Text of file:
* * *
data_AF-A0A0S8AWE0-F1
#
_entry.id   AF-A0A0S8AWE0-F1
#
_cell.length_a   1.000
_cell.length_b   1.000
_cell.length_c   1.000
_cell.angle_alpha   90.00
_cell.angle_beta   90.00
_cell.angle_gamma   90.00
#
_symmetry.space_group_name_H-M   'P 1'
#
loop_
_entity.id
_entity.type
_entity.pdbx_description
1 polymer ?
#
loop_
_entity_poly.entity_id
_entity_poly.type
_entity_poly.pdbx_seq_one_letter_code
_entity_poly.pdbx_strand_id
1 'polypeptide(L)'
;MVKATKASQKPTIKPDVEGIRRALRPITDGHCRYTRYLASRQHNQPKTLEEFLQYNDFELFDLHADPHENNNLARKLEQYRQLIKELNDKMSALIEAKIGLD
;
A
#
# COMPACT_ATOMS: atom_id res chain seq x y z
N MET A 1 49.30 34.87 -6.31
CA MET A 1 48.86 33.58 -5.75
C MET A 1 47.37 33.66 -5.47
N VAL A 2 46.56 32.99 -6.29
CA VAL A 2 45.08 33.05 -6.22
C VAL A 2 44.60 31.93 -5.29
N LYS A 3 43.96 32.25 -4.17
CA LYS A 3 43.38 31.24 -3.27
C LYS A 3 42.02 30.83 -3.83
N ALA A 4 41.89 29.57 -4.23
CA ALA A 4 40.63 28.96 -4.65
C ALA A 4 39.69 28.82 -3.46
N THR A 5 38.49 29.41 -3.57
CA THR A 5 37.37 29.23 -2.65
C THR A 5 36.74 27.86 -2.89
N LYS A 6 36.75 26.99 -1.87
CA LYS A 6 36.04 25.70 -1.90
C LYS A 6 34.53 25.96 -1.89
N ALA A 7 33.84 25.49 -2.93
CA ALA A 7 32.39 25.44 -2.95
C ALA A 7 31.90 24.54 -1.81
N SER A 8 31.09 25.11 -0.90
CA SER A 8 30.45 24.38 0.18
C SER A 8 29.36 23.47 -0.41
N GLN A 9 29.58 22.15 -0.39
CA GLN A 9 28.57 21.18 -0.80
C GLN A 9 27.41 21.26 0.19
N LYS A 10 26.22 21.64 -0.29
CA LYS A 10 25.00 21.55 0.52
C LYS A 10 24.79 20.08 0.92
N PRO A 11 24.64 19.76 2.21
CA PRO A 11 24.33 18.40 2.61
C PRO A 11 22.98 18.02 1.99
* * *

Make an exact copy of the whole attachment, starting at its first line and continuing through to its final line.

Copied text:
data_AF-A0A0S8AWE0-F1
#
_entry.id   AF-A0A0S8AWE0-F1
#
_cell.length_a   1.000
_cell.length_b   1.000
_cell.length_c   1.000
_cell.angle_alpha   90.00
_cell.angle_beta   90.00
_cell.angle_gamma   90.00
#
_symmetry.space_group_name_H-M   'P 1'
#
loop_
_entity.id
_entity.type
_entity.pdbx_description
1 polymer ?
#
loop_
_entity_poly.entity_id
_entity_poly.type
_entity_poly.pdbx_seq_one_letter_code
_entity_poly.pdbx_strand_id
1 'polypeptide(L)'
;MVKATKASQKPTIKPDVEGIRRALRPITDGHCRYTRYLASRQHNQPKTLEEFLQYNDFELFDLHADPHENNNLARKLEQYRQLIKELNDKMSALIEAKIGLD
;
A
#
# COMPACT_ATOMS: atom_id res chain seq x y z
N MET A 1 49.30 34.87 -6.31
CA MET A 1 48.86 33.58 -5.75
C MET A 1 47.37 33.66 -5.47
N VAL A 2 46.56 32.99 -6.29
CA VAL A 2 45.08 33.05 -6.22
C VAL A 2 44.60 31.93 -5.29
N LYS A 3 43.96 32.25 -4.17
CA LYS A 3 43.38 31.24 -3.27
C LYS A 3 42.02 30.83 -3.83
N ALA A 4 41.89 29.57 -4.23
CA ALA A 4 40.63 28.96 -4.65
C ALA A 4 39.69 28.82 -3.46
N THR A 5 38.49 29.41 -3.57
CA THR A 5 37.37 29.23 -2.65
C THR A 5 36.74 27.86 -2.89
N LYS A 6 36.75 26.99 -1.87
CA LYS A 6 36.04 25.70 -1.90
C LYS A 6 34.53 25.96 -1.89
N ALA A 7 33.84 25.49 -2.93
CA ALA A 7 32.39 25.44 -2.95
C ALA A 7 31.90 24.54 -1.81
N SER A 8 31.09 25.11 -0.90
CA SER A 8 30.45 24.38 0.18
C SER A 8 29.36 23.47 -0.41
N GLN A 9 29.58 22.15 -0.39
CA GLN A 9 28.57 21.18 -0.80
C GLN A 9 27.41 21.26 0.19
N LYS A 10 26.22 21.64 -0.29
CA LYS A 10 25.00 21.55 0.52
C LYS A 10 24.79 20.08 0.92
N PRO A 11 24.64 19.76 2.21
CA PRO A 11 24.33 18.40 2.61
C PRO A 11 22.98 18.02 1.99